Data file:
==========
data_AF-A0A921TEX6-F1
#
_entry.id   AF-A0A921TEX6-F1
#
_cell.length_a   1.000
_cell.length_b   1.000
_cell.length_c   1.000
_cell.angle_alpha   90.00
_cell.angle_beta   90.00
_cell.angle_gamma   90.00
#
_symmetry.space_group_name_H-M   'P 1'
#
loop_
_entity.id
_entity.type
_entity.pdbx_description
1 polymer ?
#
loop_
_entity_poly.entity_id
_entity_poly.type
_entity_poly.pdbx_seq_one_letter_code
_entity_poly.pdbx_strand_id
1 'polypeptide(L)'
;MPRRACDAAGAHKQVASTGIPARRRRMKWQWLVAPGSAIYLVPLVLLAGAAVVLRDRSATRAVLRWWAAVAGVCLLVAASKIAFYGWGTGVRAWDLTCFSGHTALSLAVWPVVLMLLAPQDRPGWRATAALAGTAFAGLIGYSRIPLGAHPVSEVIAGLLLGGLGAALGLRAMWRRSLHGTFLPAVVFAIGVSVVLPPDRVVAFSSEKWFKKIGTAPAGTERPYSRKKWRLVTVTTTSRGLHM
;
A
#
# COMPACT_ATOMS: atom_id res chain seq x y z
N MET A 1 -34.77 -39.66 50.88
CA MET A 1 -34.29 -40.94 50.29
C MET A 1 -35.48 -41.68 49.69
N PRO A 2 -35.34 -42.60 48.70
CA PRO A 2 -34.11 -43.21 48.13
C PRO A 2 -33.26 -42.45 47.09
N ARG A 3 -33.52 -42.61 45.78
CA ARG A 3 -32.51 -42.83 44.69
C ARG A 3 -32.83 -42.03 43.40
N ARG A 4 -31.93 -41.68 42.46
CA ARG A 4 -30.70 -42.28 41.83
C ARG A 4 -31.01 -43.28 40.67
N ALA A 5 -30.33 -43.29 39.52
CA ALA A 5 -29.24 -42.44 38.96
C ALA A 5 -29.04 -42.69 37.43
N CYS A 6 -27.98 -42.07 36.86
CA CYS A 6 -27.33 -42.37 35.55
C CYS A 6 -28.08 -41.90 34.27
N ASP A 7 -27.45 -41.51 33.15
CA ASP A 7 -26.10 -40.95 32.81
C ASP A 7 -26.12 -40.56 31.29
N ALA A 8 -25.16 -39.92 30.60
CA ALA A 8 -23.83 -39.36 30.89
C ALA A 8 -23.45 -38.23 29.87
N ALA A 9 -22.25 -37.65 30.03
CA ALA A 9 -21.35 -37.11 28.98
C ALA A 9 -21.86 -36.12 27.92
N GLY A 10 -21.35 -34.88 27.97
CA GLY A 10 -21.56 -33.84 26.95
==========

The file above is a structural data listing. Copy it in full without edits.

data_AF-A0A921TEX6-F1
#
_entry.id   AF-A0A921TEX6-F1
#
_cell.length_a   1.000
_cell.length_b   1.000
_cell.length_c   1.000
_cell.angle_alpha   90.00
_cell.angle_beta   90.00
_cell.angle_gamma   90.00
#
_symmetry.space_group_name_H-M   'P 1'
#
loop_
_entity.id
_entity.type
_entity.pdbx_description
1 polymer ?
#
loop_
_entity_poly.entity_id
_entity_poly.type
_entity_poly.pdbx_seq_one_letter_code
_entity_poly.pdbx_strand_id
1 'polypeptide(L)'
;MPRRACDAAGAHKQVASTGIPARRRRMKWQWLVAPGSAIYLVPLVLLAGAAVVLRDRSATRAVLRWWAAVAGVCLLVAASKIAFYGWGTGVRAWDLTCFSGHTALSLAVWPVVLMLLAPQDRPGWRATAALAGTAFAGLIGYSRIPLGAHPVSEVIAGLLLGGLGAALGLRAMWRRSLHGTFLPAVVFAIGVSVVLPPDRVVAFSSEKWFKKIGTAPAGTERPYSRKKWRLVTVTTTSRGLHM
;
A
#
# COMPACT_ATOMS: atom_id res chain seq x y z
N MET A 1 -34.77 -39.66 50.88
CA MET A 1 -34.29 -40.94 50.29
C MET A 1 -35.48 -41.68 49.69
N PRO A 2 -35.34 -42.60 48.70
CA PRO A 2 -34.11 -43.21 48.13
C PRO A 2 -33.26 -42.45 47.09
N ARG A 3 -33.52 -42.61 45.78
CA ARG A 3 -32.51 -42.83 44.69
C ARG A 3 -32.83 -42.03 43.40
N ARG A 4 -31.93 -41.68 42.46
CA ARG A 4 -30.70 -42.28 41.83
C ARG A 4 -31.01 -43.28 40.67
N ALA A 5 -30.33 -43.29 39.52
CA ALA A 5 -29.24 -42.44 38.96
C ALA A 5 -29.04 -42.69 37.43
N CYS A 6 -27.98 -42.07 36.86
CA CYS A 6 -27.33 -42.37 35.55
C CYS A 6 -28.08 -41.90 34.27
N ASP A 7 -27.45 -41.51 33.15
CA ASP A 7 -26.10 -40.95 32.81
C ASP A 7 -26.12 -40.56 31.29
N ALA A 8 -25.16 -39.92 30.60
CA ALA A 8 -23.83 -39.36 30.89
C ALA A 8 -23.45 -38.23 29.87
N ALA A 9 -22.25 -37.65 30.03
CA ALA A 9 -21.35 -37.11 28.98
C ALA A 9 -21.86 -36.12 27.92
N GLY A 10 -21.35 -34.88 27.97
CA GLY A 10 -21.56 -33.84 26.95